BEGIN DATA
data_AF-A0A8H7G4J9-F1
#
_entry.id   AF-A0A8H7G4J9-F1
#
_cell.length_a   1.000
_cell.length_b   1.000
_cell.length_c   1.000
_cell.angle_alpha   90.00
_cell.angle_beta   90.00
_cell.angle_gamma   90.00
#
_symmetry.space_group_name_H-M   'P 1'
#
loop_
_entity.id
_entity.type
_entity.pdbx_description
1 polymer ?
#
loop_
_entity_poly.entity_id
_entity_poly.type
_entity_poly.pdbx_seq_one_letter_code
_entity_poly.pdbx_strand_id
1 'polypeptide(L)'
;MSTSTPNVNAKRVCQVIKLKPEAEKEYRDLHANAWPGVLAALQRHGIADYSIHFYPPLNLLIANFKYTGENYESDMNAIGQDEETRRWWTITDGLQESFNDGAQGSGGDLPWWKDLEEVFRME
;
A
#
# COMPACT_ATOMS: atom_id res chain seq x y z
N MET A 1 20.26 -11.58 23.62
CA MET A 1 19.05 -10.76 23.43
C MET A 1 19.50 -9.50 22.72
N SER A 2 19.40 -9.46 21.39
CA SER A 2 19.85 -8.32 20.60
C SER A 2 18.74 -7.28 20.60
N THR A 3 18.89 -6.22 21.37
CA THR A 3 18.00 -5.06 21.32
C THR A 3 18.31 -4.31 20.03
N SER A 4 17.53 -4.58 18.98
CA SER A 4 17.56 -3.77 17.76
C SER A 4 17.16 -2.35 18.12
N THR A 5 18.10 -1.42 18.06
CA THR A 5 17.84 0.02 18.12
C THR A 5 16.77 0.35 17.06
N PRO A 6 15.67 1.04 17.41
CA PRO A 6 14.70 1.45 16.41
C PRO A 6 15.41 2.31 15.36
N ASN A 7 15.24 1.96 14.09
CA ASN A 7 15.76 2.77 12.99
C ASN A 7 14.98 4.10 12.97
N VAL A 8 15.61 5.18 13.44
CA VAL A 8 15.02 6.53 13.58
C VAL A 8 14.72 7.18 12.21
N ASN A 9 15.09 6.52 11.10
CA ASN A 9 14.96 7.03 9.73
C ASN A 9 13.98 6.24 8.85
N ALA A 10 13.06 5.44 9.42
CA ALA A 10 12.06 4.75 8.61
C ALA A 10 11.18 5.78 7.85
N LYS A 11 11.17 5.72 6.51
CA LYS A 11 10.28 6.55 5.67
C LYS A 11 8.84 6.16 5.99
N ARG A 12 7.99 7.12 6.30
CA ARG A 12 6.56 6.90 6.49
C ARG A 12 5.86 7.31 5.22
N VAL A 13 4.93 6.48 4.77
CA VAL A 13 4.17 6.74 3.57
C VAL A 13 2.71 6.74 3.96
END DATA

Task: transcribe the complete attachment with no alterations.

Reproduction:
data_AF-A0A8H7G4J9-F1
#
_entry.id   AF-A0A8H7G4J9-F1
#
_cell.length_a   1.000
_cell.length_b   1.000
_cell.length_c   1.000
_cell.angle_alpha   90.00
_cell.angle_beta   90.00
_cell.angle_gamma   90.00
#
_symmetry.space_group_name_H-M   'P 1'
#
loop_
_entity.id
_entity.type
_entity.pdbx_description
1 polymer ?
#
loop_
_entity_poly.entity_id
_entity_poly.type
_entity_poly.pdbx_seq_one_letter_code
_entity_poly.pdbx_strand_id
1 'polypeptide(L)'
;MSTSTPNVNAKRVCQVIKLKPEAEKEYRDLHANAWPGVLAALQRHGIADYSIHFYPPLNLLIANFKYTGENYESDMNAIGQDEETRRWWTITDGLQESFNDGAQGSGGDLPWWKDLEEVFRME
;
A
#
# COMPACT_ATOMS: atom_id res chain seq x y z
N MET A 1 20.26 -11.58 23.62
CA MET A 1 19.05 -10.76 23.43
C MET A 1 19.50 -9.50 22.72
N SER A 2 19.40 -9.46 21.39
CA SER A 2 19.85 -8.32 20.60
C SER A 2 18.74 -7.28 20.60
N THR A 3 18.89 -6.22 21.37
CA THR A 3 18.00 -5.06 21.32
C THR A 3 18.31 -4.31 20.03
N SER A 4 17.53 -4.58 18.98
CA SER A 4 17.56 -3.77 17.76
C SER A 4 17.16 -2.35 18.12
N THR A 5 18.10 -1.42 18.06
CA THR A 5 17.84 0.02 18.12
C THR A 5 16.77 0.35 17.06
N PRO A 6 15.67 1.04 17.41
CA PRO A 6 14.70 1.45 16.41
C PRO A 6 15.41 2.31 15.36
N ASN A 7 15.24 1.96 14.09
CA ASN A 7 15.76 2.77 12.99
C ASN A 7 14.98 4.10 12.97
N VAL A 8 15.61 5.18 13.44
CA VAL A 8 15.02 6.53 13.58
C VAL A 8 14.72 7.18 12.21
N ASN A 9 15.09 6.52 11.10
CA ASN A 9 14.96 7.03 9.73
C ASN A 9 13.98 6.24 8.85
N ALA A 10 13.06 5.44 9.42
CA ALA A 10 12.06 4.75 8.61
C ALA A 10 11.18 5.78 7.85
N LYS A 11 11.17 5.72 6.51
CA LYS A 11 10.28 6.55 5.67
C LYS A 11 8.84 6.16 5.99
N ARG A 12 7.99 7.12 6.30
CA ARG A 12 6.56 6.90 6.49
C ARG A 12 5.86 7.31 5.22
N VAL A 13 4.93 6.48 4.77
CA VAL A 13 4.17 6.74 3.57
C VAL A 13 2.71 6.74 3.96